Charging and range.

High suitability for everyday use thanks to fast, diverse charging options.

EQA 250: electrical consumption in kWh/100 km (combined): 15,7; CO2 emissions in g/km (combined): 0.[1]

493

Kilometres - electric-only range (NEDC)1

100

kW max. charging capacity (DC)

30

Charging time in minutes at rapid charging stations*

* The charging time corresponds to a 10-80% full charge using a DC rapid charging station with a supply voltage of 400 V, minimum current of 300 A.

EQA 250: electrical consumption in kWh/100 km (combined): 15,7; CO2 emissions in g/km (combined): 0.[1]

EQA 250: electrical consumption in kWh/100 km (combined): 15,7; CO2 emissions in g/km (combined): 0.[1]

EQ&A


Your most important questions on electric driving.

EQ&A


Your most important questions on electric driving.

    • Real electric range

      Why is the real electric range often less than specified?

      The electric range varies depending on individual driving behaviour, the route profile and environmental factors. You can travel on electric power further if you use ECO Assist to drive with foresight and take advantage of the recuperation and/or gliding function. Auxiliary equipment such as seat heating or the climate control system also has an impact on range.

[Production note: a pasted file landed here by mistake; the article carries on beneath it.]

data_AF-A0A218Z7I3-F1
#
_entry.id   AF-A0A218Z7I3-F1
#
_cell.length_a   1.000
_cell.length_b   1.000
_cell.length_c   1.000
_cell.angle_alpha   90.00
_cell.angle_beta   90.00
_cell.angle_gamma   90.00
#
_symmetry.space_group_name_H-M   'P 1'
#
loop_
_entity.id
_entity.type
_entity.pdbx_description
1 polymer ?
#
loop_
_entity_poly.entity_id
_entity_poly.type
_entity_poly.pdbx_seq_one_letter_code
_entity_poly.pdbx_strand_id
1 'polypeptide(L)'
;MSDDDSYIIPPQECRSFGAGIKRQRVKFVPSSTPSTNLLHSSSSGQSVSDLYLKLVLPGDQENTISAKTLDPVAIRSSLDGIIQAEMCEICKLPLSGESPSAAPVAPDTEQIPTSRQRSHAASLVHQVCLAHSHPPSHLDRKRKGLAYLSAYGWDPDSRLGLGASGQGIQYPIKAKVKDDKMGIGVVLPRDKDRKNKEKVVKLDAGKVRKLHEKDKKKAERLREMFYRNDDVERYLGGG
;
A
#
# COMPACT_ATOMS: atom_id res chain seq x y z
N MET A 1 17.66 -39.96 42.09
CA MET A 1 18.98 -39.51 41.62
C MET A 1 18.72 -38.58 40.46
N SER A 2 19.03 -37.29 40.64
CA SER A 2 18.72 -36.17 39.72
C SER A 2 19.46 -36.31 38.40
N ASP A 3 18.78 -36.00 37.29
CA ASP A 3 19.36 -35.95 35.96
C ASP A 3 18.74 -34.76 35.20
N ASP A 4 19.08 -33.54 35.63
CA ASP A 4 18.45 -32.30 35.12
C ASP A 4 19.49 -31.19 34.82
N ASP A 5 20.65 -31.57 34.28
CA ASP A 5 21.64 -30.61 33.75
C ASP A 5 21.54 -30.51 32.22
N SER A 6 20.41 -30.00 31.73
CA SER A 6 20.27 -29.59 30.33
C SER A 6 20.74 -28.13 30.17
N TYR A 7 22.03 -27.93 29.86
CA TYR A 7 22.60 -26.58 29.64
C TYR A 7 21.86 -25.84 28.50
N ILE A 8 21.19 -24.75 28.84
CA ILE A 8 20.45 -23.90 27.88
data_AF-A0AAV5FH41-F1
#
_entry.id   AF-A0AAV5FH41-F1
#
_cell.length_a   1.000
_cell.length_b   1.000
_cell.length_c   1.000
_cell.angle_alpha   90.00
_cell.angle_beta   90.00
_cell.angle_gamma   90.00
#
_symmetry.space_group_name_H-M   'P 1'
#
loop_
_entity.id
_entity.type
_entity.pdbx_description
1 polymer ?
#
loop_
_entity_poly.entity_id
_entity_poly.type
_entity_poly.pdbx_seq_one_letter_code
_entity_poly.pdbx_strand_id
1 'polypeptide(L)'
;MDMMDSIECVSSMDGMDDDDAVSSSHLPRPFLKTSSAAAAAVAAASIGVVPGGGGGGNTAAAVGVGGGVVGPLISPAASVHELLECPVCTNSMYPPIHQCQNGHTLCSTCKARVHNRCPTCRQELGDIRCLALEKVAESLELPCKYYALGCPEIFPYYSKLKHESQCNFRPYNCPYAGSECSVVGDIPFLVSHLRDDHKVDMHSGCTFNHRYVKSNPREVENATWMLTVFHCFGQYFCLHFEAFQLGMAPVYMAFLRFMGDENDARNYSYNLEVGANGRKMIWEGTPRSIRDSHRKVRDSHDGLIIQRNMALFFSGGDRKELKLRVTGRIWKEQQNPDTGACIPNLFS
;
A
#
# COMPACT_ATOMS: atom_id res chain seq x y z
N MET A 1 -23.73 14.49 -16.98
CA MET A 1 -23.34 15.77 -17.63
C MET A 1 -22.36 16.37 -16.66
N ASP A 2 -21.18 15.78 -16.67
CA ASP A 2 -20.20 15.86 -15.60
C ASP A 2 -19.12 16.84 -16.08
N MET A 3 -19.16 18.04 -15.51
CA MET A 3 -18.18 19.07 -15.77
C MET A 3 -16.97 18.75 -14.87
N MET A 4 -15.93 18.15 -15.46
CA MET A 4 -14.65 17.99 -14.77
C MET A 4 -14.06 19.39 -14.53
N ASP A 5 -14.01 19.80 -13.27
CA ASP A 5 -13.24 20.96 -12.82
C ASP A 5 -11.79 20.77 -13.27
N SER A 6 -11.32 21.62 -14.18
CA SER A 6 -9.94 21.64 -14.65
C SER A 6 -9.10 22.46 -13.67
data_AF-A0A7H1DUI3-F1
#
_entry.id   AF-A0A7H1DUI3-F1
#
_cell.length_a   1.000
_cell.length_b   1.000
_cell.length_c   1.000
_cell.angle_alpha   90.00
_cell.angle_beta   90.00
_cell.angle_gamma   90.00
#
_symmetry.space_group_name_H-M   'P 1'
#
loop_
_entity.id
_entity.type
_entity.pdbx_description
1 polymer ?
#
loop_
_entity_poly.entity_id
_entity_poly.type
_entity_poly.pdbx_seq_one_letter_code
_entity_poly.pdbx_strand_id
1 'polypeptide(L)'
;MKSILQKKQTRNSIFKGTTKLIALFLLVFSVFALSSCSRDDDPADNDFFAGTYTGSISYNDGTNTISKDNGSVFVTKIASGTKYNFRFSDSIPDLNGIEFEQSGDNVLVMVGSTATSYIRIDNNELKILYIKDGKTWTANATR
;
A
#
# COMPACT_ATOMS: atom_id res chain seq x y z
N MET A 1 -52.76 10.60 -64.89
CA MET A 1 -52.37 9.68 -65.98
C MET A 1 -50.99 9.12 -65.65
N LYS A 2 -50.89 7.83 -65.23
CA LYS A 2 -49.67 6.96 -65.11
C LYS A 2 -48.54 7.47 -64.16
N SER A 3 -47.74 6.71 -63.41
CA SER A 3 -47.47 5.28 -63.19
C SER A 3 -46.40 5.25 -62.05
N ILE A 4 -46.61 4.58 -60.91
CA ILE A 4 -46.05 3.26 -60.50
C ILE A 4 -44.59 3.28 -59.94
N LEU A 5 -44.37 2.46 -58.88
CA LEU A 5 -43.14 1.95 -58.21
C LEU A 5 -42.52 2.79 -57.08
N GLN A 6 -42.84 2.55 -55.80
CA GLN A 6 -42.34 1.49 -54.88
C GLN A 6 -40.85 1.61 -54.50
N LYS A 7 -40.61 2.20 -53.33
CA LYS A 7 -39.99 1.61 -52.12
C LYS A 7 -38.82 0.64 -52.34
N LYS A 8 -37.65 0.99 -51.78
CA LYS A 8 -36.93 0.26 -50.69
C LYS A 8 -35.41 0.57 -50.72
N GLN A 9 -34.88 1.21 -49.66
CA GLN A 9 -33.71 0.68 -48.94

• AC and DC charging technology

      What is the difference between AC and DC charging technology?

      Basically, the batteries of electrified vehicles can only be charged with direct current (DC). However, all household sockets, the Mercedes-Benz Wallbox, the innogy eBox professional, the innogy eBox smart and most public charging stations supply alternating current (AC), as do "high-voltage sockets". To make charging possible, vehicles are equipped with an on-board charger – an AC/DC rectifier. It converts the alternating current into the required direct current. It facilitates charging capacities of 2.3 kW to 11 kW – depending on the AC source.

    • Environmental friendliness

      How environmentally friendly are electric cars really?

      How environmentally friendly the vehicle is used depends greatly on your driving and charging behaviour. Among other things, the electricity you charge the vehicle with also plays a significant role, i.e.: is it actually being charged with "green" electricity or an energy mix? Many public charging stations are supplied with green electricity, and a green electricity contract for domestic users is often only a few clicks away.

    EQA 250: electrical consumption in kWh/100 km (combined): 15,7; CO2 emissions in g/km (combined): 0.[1]

    [1] The stated figures were obtained in accordance with the prescribed measuring process. Electrical consumption and range have been determined on the basis of Regulation (EC) No. 692/2008. Electrical consumption and range depend on the vehicle configuration.